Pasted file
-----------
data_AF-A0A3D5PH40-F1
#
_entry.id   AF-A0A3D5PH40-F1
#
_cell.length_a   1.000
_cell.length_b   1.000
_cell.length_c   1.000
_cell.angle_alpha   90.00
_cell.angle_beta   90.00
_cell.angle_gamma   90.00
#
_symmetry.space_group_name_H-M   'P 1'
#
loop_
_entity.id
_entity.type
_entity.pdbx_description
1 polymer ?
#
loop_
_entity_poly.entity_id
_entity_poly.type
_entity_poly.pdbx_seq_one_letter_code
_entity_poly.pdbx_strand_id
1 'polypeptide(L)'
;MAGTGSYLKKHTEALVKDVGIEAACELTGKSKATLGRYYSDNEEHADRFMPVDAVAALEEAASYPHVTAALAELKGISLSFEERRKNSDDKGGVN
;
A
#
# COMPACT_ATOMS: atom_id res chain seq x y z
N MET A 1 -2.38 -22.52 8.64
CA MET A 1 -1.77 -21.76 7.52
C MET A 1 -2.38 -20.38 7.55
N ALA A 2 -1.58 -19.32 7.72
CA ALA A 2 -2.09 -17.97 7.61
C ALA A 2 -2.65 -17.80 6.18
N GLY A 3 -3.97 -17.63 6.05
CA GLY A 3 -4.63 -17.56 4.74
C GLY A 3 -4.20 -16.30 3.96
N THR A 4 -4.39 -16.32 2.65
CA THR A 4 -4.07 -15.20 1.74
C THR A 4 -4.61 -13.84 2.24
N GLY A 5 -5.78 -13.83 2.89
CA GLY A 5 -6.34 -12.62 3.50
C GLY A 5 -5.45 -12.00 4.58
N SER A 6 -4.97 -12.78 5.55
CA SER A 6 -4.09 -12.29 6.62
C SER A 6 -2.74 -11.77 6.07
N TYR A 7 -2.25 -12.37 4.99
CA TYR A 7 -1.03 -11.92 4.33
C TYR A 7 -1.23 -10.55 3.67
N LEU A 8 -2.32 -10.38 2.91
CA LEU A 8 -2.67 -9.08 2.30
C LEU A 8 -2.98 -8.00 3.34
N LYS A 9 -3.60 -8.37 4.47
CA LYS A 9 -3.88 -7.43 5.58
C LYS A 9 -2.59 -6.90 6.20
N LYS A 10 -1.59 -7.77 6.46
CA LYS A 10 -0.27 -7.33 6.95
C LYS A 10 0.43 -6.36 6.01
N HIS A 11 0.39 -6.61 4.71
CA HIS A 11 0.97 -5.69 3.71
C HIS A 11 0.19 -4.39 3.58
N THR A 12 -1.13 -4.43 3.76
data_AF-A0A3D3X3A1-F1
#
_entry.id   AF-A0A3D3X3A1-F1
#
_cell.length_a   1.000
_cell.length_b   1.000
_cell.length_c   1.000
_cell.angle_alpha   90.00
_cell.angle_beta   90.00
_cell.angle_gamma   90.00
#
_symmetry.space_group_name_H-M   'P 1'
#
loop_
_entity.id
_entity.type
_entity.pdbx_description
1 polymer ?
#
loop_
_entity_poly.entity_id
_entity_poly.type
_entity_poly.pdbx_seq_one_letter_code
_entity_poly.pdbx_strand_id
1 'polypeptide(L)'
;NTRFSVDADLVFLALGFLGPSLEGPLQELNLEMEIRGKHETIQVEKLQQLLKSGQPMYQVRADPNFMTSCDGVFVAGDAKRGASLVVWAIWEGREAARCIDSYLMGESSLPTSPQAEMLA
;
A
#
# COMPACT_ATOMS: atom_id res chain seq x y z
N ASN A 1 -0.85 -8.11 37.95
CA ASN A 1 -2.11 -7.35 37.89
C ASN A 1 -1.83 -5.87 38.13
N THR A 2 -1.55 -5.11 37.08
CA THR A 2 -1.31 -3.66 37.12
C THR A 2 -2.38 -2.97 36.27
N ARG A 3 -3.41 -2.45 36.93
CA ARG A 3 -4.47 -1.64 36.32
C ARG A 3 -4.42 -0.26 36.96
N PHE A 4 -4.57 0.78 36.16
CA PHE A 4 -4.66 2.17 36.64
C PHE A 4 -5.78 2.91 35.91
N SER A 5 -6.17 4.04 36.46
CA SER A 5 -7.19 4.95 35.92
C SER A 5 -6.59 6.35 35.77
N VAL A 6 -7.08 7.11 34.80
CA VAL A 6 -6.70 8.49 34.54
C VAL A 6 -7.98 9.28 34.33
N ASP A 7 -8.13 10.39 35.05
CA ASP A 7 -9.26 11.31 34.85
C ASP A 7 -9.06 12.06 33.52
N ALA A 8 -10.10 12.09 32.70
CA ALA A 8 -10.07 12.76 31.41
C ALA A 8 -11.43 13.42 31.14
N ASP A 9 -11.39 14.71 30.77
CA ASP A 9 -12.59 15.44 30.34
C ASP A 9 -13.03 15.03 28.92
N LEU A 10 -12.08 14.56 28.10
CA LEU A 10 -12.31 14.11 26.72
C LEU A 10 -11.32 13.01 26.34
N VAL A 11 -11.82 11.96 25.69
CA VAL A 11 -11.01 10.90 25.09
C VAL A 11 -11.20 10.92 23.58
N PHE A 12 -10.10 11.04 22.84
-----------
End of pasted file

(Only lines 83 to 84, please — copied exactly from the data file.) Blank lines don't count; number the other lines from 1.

#
loop_